During the outbreaks, local health officers followed the national guideline  to control the infection. All index patients underwent reverse transcriptase-polymerase chain reaction (RT-PCR) testing for disease confirmation. The guideline also included the screening of their household contacts, and all pregnant women in the outbreak districts for the infection by the same test. Furthermore, intensive space spraying of insecticide and mosquito surveillance were implemented in the whole affected village area. Our research team retrospectively reviewed the medical records at 1 month after the end of the outbreak and had the meetings with the health officers to plan our current study.
The review and the meetings revealed that ZIKV infection were confirmed by RT-PCR in 24 and 18 patients in District A and B, respectively. The outbreak covered 12 villages in 6 subdistricts of District A and 5 villages in 3 subdistricts of District B. Figure 1 displays maps of both districts. Dark grey areas denote affected subdistricts with the number of confirmed ZIKV cases. Light grey areas are subdistricts adjacent to the outbreak districts and white areas denote non-adjacent and non-affected subdistricts.
A cross-sectional serological survey was conducted in the two affected districts approximately 18 months after each outbreak. In each study district, we recruited two study populations, non-pregnant adults and pregnant women. Details in sampling technique for each group are as follow.
Based on the preceding outbreak records, we recruited all index cases, their household contacts, and a random sample of residents who lived varying distances from the nearest index case’s house. All study subjects were at least 18 years old and lived in the area for more than 18 months. Exclusion criteria included pregnancy, immunodeficiency disease, and current use of immunosuppressive drugs.
In order to test our hypothesis, we stratified the non-case population into five groups based on the distance from their household to the house of the nearest index case.
Household members of the index cases.
Other residents of the subdistrict where the number of the confirmed cases was highest, who lived within 100 m from an index case
Similar to ii but the distance to the nearest index case was between 101 and 400 m
Similar to ii but the distance to the nearest index case was between 401 and 1000 m
Residents of a randomly selected village in a non-affected and non-adjacent subdistrict (white areas shown in Fig. 1)
Based on the limitation of a finite number of cases and the population, for each district, we planned to recruit 400 eligible non-pregnant including all of the index’s household members (i) and addition to a hundred of their neighbors who lived within 100 m (ii), and 100 non-pregnant subjects in each other three distance stratum (iii, iv, and v). /..Having a significance level set to 0.05 and a power of 80%, this sample size would allow us to detect a 20% difference in the prevalence of ZIKV neutralizing antibodies among the distance strata.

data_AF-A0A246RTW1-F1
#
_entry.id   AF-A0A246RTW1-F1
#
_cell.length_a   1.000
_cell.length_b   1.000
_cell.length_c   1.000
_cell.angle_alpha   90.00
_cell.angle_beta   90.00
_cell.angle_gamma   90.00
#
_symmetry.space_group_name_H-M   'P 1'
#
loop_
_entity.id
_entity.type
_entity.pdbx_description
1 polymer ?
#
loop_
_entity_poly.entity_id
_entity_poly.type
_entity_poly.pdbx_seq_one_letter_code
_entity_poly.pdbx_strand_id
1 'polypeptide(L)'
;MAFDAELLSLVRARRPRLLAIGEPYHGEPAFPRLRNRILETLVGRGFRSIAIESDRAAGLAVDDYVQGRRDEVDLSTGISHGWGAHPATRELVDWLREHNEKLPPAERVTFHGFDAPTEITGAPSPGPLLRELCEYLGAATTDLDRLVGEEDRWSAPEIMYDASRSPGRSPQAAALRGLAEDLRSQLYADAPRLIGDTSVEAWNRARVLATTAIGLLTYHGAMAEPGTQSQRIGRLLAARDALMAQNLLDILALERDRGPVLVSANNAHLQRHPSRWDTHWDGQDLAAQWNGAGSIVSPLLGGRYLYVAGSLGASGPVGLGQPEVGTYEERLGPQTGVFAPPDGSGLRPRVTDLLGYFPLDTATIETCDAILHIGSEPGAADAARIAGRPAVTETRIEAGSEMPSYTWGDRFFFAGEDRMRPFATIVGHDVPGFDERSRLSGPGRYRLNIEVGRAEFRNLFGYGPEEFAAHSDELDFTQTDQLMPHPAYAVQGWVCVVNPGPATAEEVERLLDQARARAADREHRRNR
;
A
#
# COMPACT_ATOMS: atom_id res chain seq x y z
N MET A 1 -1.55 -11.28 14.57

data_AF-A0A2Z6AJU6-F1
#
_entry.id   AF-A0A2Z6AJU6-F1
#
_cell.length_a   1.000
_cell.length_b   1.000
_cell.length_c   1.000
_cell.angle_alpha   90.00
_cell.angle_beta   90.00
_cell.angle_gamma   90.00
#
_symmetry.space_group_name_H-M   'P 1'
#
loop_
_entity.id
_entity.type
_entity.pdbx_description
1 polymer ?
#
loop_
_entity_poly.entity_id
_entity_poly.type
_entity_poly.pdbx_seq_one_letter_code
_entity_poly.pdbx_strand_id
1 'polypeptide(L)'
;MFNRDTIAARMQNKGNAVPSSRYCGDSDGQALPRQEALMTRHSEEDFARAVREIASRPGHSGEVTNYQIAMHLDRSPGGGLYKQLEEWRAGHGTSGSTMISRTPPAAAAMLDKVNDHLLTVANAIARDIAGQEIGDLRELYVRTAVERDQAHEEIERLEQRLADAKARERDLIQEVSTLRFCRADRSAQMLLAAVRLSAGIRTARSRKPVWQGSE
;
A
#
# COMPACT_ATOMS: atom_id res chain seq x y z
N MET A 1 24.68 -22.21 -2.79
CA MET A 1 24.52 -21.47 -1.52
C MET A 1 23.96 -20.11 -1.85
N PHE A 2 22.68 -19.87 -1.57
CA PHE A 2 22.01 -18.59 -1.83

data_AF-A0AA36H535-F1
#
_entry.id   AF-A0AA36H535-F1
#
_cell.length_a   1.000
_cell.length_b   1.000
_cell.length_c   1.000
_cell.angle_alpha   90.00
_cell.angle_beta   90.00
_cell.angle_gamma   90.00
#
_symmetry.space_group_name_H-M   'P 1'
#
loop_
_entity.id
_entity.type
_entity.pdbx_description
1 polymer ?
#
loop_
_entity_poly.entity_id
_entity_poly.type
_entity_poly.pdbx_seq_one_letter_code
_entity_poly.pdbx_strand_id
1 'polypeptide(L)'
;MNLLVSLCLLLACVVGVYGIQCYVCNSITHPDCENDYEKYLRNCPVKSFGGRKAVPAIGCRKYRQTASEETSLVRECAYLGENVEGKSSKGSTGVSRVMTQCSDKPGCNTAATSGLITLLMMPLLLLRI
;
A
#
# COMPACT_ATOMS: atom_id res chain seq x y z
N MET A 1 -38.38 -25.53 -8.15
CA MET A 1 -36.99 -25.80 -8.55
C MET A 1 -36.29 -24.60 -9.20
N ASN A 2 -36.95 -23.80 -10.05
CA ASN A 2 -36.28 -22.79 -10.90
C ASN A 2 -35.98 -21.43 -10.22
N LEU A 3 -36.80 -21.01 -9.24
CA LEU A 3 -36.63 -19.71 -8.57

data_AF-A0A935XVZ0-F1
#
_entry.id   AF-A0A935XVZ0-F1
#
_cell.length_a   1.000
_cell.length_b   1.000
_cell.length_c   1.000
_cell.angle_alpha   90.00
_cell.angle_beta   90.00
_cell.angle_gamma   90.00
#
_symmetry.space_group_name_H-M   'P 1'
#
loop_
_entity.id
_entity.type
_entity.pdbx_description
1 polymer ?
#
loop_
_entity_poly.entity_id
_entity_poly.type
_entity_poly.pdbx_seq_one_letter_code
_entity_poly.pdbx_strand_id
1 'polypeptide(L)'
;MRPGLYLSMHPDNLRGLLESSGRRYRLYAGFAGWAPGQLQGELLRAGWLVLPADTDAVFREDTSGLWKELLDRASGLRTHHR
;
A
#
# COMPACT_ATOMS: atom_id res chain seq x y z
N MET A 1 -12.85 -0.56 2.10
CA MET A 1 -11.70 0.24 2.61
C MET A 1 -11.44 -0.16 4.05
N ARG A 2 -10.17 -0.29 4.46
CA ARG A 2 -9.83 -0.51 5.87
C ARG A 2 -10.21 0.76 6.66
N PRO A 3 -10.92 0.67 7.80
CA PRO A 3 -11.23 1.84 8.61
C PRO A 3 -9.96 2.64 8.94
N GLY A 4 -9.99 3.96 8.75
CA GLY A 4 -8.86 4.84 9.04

All pregnant women aged 18 years or above, attending an antenatal care clinic, and living in one of the same districts as a case for more than 12 months were recruited. Exclusion criteria included known cases of ZIKV identified during the outbreak period, major psychiatric or physical illness, cognitive impairment, inability to communicate in Thai, immunocompromised, rheumatologic disorders, and autoimmune diseases. Four hundred pregnant women per district were recruited regardless of their gestational age and distance from their house to the house of the nearest index case. This sample size was calculated based on initial expected seroprevalence of 20%, +/− 4% and alpha = 0.05. They were treated as a separate stratum in the descriptive analysis, but we did not analyze for risk factors among pregnant women because the risk behavior information was not available.
In the non-pregnant adult group, the survey was conducted in District A during March–May 2018 and District B during July–September 2018. A team of local health volunteers were trained as research assistants and instructed to recruit participants and conduct the interviews. The recruitment process involved visiting potential participants at their home, explaining to them the objectives of the study, and requesting their informed consent to participate in the study. Consenting participants were interviewed using a structured questionnaire to collect individual and household information. The distance between the center of each participant’s household and the nearest index case’s household was estimated using Google Maps®. The participants were invited to the health centers for venipuncture at the end of the week where a 10-mL blood sample was taken by a local health officer.
Between July 2018 and May 2019 in District A and B, consecutive pregnant women who attended the antenatal clinics were invited by the research team. Informed consent was obtained. Then a blood sample was taken for serological test. At least 30 min after venipuncture, each blood specimen was centrifuged at 3200 rpm, divided into 4 aliquots and stored at − 20 °C in a freezer at the district hospital, and finally shipped in lots to the Center of Vaccine Development (CVD), Institute of Molecular Biosciences, Mahidol University in Bangkok as it is the WHO-approved reference laboratory on serology and virology for arboviruses.
Plaque reduction neutralization tests (PRNT) for ZIKV-neutralizing antibodies were performed using the following procedures. Rhesus monkey kidney epithelial cells (LLC-MK2) were first seeded in 6-well plates at 1 × 105 cells/well for 7 days. The serum samples were four-fold serially diluted by phosphate buffer solution pH 7.5 with 30% fetal bovine serum, and then mixed with Zika virus strain MR766 at 50 plaque-forming unit (pfu)/well (for a final starting dilution of 1:10) for 1 h. Following infection, cells were overlaid with Dulbecco’s Modified Eagle Medium containing fetal bovine serum, 3.0% carboxymethyl cellulose, and neutral red. Plaques were visualized and counted at 7 days after infection. Probit analysis was used to determine the titer and interpreted as a PRNT50 and later on PRNT90 titer per a reviewer’s suggestion which is the reciprocal of the dilution showing a 50 and 90% reduction, respectively, in plaque count. A neutralization titer ≥1:10 by PRNT90 was considered as a seropositive [25, 26].